Funding Budhi Gandaki harder than opening project office

Budhi Gandaki HEP Proposed Dam Site

The government has diverted the funds collected for the hydropower project in the form of fuel taxes elsewhere.
The Budhigandaki river and surroundings, the site of the 1,200 MW Budhigandaki Hydropower Project in Gorkha district seen from a helicopter, Wednesday.

The government faces a daunting task of generating resources for the development of the 1,200MW Budhi Gandaki Hydropower Project whose field office was inaugurated by Prime Minister Pushpa Kamal Dahal at Ghyalchowk in Gorkha district on Wednesday.

After prolonged uncertainty due to policy instability, the government in June last year decided to implement this storage type project under company modality. Subsequently, a company was established in September last year.

The government is also preparing to hand over the project to the Nepal Electricity Authority for development after efforts to establish various other institutional arrangements and involve foreign investors yielded no results.

Officials say that this storage-type project is important for the country’s energy security as Nepal has been reliant on India for power in the winter even though the country produces excess power in the summer.

However, the estimated cost of its development is $2.59 billion, according to the Detailed Feasibility Study submitted by French-Nepali joint venture—TRACTEBEL Engineering SA France and JADE Consult (Pvt) Ltd Nepal—in late 2015.

Now, in 2023, the cost will significantly rise due to inflation in the last eight years, according to officials.

During the inauguration of the field office, Prime Minister Dahal said that he would soon inaugurate the construction work of the project that straddles Gorkha and Dhading districts.

“Unlike in the past, construction will immediately follow the foundation-laying ceremony this time,” he said.

If the project goes into implementation, significant resources will be needed over the next few years.

But the government does not have a fund dedicated to this project even though it has been collecting infrastructure tax on the import of petroleum products citing the same project.

In the fiscal year 2016-17, the government started levying a Rs5 tax per litre of petroleum products—petrol, diesel and aviation fuel. “I have arranged this fund to be spent on the construction of the Budhi Gandaki Hydropower Project,” then-finance minister Bishnu Poudel had said in the budget speech.

In February 2020, the government decided to increase the infrastructure development tax from Rs5 to Rs10 on each litre of fuel sold.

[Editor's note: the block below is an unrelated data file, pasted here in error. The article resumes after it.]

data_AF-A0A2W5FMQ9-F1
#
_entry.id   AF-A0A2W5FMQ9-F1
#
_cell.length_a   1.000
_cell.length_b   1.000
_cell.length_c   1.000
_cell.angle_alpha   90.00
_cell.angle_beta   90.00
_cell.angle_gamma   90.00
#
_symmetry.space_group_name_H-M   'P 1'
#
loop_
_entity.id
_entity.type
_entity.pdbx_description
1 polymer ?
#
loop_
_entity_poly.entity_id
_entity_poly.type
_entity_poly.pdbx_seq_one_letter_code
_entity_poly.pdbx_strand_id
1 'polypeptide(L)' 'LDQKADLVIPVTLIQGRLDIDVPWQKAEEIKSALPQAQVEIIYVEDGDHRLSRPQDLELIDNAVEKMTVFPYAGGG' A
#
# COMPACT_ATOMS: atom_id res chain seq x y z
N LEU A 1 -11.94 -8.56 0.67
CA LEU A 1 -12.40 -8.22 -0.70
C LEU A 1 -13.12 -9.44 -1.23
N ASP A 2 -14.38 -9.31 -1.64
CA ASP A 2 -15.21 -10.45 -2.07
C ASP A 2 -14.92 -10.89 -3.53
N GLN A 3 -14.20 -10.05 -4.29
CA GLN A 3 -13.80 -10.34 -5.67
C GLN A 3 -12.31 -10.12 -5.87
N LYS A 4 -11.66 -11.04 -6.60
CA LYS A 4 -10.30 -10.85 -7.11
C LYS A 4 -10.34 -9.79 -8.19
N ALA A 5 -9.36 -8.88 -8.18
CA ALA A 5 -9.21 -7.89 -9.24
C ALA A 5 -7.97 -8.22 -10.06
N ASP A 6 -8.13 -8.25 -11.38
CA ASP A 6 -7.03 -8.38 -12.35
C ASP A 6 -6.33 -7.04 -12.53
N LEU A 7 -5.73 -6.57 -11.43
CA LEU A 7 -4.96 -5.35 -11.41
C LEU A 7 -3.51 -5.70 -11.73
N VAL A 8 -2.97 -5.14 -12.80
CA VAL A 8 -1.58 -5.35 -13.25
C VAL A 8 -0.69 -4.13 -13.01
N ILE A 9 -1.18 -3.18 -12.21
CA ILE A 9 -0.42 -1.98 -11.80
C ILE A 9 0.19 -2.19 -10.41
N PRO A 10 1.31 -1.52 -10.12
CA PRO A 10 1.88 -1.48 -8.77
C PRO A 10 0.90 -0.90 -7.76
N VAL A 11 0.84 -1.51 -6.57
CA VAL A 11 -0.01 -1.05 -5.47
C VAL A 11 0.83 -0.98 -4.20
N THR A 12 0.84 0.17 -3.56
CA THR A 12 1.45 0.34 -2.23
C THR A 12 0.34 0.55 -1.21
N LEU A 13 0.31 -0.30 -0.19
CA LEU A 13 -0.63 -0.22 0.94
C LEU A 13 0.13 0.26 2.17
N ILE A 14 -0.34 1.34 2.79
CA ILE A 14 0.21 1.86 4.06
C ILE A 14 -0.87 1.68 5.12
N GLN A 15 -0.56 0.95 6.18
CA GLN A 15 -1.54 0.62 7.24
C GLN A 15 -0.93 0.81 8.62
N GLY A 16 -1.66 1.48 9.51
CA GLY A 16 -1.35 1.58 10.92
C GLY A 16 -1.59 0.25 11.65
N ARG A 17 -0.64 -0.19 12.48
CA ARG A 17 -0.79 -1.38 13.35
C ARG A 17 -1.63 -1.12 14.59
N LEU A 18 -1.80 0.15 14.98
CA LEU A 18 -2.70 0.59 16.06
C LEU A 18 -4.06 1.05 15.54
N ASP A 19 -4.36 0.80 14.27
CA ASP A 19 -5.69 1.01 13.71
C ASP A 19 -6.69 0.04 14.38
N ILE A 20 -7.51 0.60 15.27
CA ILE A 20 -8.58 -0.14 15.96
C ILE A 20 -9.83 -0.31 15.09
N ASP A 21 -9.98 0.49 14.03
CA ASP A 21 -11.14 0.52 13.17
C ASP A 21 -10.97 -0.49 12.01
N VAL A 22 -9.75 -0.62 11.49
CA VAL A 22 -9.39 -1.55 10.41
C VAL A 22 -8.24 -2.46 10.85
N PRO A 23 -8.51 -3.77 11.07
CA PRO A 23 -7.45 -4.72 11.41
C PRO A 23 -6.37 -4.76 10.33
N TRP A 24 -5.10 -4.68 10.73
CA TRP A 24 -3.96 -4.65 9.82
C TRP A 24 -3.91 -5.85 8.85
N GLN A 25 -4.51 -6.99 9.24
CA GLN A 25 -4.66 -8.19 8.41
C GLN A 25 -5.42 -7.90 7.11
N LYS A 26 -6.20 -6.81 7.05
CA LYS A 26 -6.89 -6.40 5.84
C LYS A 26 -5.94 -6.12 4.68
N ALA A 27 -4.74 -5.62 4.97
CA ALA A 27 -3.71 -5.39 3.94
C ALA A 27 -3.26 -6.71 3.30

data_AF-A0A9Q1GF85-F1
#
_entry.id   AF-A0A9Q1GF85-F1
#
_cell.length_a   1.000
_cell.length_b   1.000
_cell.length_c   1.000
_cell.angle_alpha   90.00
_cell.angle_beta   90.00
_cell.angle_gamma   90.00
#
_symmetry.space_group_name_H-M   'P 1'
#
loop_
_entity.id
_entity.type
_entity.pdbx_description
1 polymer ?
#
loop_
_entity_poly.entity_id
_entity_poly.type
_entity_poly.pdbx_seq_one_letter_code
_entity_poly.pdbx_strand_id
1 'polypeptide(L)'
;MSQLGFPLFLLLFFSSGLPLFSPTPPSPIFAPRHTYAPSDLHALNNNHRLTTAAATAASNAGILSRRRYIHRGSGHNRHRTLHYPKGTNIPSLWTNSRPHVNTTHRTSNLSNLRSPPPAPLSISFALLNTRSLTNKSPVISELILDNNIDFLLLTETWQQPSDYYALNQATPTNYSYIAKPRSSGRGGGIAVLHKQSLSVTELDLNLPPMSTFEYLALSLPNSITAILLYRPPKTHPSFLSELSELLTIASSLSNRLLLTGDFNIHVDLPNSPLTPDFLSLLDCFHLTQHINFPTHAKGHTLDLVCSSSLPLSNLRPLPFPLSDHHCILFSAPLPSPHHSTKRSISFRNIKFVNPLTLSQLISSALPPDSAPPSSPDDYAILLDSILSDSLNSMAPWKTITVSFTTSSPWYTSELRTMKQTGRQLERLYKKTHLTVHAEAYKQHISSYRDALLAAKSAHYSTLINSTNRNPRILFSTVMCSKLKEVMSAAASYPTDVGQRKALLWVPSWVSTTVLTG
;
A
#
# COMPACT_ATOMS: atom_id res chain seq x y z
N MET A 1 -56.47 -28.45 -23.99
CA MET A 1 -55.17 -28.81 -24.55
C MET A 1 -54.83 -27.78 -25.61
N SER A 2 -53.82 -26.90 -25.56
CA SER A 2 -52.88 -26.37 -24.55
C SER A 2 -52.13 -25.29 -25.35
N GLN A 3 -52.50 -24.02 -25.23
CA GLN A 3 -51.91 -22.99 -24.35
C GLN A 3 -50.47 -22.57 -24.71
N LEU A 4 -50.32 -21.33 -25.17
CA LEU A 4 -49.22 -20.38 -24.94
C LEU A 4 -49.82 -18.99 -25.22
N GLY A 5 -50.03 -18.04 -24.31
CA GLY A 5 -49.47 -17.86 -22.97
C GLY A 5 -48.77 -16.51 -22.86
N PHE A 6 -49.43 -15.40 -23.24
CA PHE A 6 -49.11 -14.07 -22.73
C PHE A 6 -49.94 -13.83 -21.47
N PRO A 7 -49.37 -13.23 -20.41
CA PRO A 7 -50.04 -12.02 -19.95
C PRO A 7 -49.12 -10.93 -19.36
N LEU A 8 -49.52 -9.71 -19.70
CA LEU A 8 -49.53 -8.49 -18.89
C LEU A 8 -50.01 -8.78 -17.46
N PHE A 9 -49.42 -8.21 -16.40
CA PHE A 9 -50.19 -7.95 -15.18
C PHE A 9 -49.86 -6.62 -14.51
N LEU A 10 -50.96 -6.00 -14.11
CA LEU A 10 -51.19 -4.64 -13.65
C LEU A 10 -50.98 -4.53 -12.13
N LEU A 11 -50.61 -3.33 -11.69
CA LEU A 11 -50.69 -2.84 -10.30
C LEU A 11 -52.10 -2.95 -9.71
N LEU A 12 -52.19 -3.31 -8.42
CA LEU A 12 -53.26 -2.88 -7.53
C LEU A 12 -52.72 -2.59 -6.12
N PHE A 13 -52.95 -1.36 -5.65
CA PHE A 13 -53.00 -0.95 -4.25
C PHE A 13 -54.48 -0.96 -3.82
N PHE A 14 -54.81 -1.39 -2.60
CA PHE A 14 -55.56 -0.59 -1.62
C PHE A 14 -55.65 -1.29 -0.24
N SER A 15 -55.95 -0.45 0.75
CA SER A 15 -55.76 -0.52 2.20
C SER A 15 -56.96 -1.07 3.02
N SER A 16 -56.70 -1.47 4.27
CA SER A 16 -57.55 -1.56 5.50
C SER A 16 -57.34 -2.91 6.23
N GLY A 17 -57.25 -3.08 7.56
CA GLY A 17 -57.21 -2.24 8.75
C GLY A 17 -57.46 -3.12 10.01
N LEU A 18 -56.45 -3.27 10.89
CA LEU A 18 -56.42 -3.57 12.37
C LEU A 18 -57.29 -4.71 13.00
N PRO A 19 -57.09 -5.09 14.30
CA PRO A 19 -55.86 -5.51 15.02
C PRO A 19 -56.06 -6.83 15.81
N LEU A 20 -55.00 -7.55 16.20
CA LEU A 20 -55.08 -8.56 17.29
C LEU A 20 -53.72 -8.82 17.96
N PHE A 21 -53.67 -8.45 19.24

According to the data provided by the Nepal Oil Corporation, it has so far paid around Rs110 billion in infrastructure tax to the government. But finance ministry officials said that the money collected under the infrastructure tax header was not allocated to any particular project.

“The infrastructure tax was not set aside as a separate fund. It is part of the government revenue and I think it was spent on implementing the government’s many budgetary programmes,” said Ritesh Shakya, joint secretary at the Ministry of Finance.

Shakya said that the government allocated funds for the Budhi Gandaki project in the budget, not from any resource meant to fund it. Officials said that over Rs42 billion has been spent on land acquisition so far.

Without any specific resource to fund the development of the Budhi Gandaki project, the government will have to tap its annual budget.

The government thus needs to allocate a huge chunk of its annual allocations to develop this project unless alternative sources of funding are explored and arranged.

A committee led by Swarnim Wagle, then vice-chair of the National Planning Commission, had suggested in 2017 that the government develop the project on its own by providing viability gap funding covering around one-third of the total cost.

In its report, the committee said the government could cover the cost of land acquisition and the resettlement of the displaced families which could come to as high as Rs94 billion.

According to the report, a big chunk of the resources can be gathered through self-financing by government institutions including the government itself, the NEA, the Employees Provident Fund, the Citizen Investment Trust, and the Hydroelectricity Investment and Development Company.

An infrastructure tax being imposed on imported fuel could be an important source of funding, the report added.

“As much as Rs164 billion could be collected by the fiscal year 2026-2027, based on an increase in petroleum consumption by 10 percent a year,” the report said. The estimated tax collection is based on Rs5 per litre infrastructure/carbon tax that the government has been imposing since 2015. With the government taxing more since 2020, collection could be higher.

The project has caused a lot of debate, but policy inconsistency pushed back its implementation.

In 2017, in his second stint as prime minister, Pushpa Kamal Dahal awarded the building contract to the China Gezhouba Group Corporation (CGGC) without competitive bidding. The project was to be built under the engineering, procurement, construction and financing (EPCF) modality.

The decision was cancelled by the Sher Bahadur Deuba government in November 2017, citing procedural flaws in awarding the contract.

Again in September 2018, the project was engulfed in politicking. The KP Sharma Oli administration again decided to rope in the Chinese company, reverting the Deuba government’s decision to develop the project with internal resources.

In April last year, the Deuba administration again decided to revoke the licence issued to the CGGC. Then the government announced that the project would be built by mobilising domestic resources. The project was estimated to cost $2.59 billion, according to a detailed feasibility study.

Source: The Kathmandu post